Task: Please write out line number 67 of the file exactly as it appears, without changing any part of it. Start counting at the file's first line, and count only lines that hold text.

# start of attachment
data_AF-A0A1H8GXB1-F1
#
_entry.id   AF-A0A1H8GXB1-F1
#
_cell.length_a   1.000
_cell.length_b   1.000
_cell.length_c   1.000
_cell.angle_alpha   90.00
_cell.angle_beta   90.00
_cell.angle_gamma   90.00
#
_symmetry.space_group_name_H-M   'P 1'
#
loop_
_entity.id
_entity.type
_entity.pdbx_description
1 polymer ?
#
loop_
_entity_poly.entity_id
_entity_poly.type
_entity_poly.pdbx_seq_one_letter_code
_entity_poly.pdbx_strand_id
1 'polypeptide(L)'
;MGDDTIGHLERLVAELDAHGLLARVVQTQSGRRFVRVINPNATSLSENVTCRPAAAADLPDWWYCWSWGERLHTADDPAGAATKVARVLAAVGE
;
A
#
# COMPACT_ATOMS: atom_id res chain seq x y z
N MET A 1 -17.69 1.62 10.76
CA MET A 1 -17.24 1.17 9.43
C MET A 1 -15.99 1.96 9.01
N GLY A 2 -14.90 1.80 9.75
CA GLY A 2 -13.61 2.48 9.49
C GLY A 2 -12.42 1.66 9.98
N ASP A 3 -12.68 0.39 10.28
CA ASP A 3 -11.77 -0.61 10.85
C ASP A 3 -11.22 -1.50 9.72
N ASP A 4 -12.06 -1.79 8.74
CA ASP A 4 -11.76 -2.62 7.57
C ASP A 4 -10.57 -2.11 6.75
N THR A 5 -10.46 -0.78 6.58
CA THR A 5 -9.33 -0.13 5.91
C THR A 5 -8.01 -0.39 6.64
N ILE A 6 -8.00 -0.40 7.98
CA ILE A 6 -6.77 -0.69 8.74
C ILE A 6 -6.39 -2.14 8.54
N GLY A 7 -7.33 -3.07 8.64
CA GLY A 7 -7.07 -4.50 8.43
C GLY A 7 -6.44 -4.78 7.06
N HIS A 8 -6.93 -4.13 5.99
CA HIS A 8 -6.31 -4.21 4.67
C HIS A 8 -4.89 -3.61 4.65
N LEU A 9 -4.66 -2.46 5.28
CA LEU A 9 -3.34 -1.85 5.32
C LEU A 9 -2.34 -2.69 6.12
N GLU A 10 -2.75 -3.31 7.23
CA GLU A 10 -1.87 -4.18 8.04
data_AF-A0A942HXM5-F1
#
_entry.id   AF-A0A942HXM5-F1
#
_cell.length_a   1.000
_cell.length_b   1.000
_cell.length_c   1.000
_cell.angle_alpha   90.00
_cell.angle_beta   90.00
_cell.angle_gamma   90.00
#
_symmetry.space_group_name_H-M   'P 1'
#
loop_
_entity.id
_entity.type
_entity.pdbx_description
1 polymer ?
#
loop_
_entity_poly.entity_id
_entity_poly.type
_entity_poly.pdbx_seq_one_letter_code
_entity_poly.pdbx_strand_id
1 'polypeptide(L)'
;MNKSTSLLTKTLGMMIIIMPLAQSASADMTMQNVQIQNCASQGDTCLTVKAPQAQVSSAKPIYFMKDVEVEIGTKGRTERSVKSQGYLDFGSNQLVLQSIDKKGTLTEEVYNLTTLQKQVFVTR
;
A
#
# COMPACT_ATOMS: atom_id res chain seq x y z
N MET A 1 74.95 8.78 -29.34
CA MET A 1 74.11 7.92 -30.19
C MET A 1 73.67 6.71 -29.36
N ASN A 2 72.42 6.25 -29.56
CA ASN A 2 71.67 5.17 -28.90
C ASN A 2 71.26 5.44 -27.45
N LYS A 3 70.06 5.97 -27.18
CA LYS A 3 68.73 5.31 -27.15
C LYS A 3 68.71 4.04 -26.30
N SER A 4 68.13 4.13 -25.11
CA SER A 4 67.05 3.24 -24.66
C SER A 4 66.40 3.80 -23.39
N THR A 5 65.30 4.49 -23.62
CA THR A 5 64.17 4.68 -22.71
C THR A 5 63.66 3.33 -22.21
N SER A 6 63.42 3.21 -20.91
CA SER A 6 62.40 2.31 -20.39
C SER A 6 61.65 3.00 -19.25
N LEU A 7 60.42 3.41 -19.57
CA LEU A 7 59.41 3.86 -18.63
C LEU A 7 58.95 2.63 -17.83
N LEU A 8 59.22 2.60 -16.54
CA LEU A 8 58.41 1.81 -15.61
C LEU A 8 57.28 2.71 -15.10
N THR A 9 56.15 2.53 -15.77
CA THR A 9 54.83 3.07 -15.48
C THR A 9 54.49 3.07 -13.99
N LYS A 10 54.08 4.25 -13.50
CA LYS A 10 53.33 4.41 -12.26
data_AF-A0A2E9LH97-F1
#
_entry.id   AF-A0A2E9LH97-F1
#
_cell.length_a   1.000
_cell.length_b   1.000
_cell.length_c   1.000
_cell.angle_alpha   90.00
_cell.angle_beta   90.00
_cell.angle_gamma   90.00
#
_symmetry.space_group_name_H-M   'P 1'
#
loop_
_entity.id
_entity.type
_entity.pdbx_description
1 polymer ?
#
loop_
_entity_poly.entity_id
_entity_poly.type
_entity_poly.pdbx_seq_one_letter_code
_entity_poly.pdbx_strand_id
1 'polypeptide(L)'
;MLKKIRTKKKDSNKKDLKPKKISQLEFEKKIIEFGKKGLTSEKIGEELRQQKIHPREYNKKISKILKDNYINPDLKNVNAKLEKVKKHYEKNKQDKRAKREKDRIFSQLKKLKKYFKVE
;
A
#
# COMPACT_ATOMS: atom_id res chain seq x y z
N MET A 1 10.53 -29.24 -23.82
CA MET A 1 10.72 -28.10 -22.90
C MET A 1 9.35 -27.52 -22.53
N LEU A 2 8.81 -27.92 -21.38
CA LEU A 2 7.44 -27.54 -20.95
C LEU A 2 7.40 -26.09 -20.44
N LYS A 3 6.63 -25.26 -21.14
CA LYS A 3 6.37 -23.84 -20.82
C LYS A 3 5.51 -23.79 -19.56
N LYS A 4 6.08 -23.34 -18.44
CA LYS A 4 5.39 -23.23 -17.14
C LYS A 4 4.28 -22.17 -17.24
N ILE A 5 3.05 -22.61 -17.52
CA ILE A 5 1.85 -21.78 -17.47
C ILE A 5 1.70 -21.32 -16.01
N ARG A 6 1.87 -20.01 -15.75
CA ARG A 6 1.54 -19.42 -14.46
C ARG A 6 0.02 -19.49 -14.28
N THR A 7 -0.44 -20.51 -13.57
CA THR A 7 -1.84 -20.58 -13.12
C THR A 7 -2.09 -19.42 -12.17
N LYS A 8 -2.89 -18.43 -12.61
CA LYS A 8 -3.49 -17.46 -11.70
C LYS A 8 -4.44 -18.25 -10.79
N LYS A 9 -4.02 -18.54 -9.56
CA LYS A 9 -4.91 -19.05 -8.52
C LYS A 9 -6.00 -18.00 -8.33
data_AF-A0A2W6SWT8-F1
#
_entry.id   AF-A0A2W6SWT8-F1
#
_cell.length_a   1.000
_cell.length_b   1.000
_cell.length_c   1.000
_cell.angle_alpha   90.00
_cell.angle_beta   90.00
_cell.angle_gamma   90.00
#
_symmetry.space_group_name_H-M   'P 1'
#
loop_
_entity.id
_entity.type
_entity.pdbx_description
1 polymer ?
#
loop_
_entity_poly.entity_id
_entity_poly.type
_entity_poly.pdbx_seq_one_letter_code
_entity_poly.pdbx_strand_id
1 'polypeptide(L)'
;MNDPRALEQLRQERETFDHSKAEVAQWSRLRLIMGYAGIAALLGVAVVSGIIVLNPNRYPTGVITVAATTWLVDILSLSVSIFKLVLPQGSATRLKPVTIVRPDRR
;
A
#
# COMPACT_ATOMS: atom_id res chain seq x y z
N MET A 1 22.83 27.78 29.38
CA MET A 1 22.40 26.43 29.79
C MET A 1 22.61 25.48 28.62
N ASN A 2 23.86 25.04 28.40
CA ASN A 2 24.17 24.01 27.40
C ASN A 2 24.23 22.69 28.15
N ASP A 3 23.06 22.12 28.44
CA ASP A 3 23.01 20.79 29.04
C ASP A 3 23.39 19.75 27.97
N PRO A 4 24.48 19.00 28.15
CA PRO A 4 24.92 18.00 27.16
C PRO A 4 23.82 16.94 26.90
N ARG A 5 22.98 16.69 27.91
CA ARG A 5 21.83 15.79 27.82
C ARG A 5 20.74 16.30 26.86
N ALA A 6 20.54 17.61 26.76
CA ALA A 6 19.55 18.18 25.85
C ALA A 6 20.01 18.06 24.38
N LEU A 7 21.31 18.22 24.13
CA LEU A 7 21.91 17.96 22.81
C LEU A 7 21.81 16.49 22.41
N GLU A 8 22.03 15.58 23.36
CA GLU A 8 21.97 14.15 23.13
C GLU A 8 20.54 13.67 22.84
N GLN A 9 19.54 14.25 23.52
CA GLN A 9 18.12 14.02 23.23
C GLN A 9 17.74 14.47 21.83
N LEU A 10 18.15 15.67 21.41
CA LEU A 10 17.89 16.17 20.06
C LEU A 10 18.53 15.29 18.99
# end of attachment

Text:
_cell.angle_alpha   90.00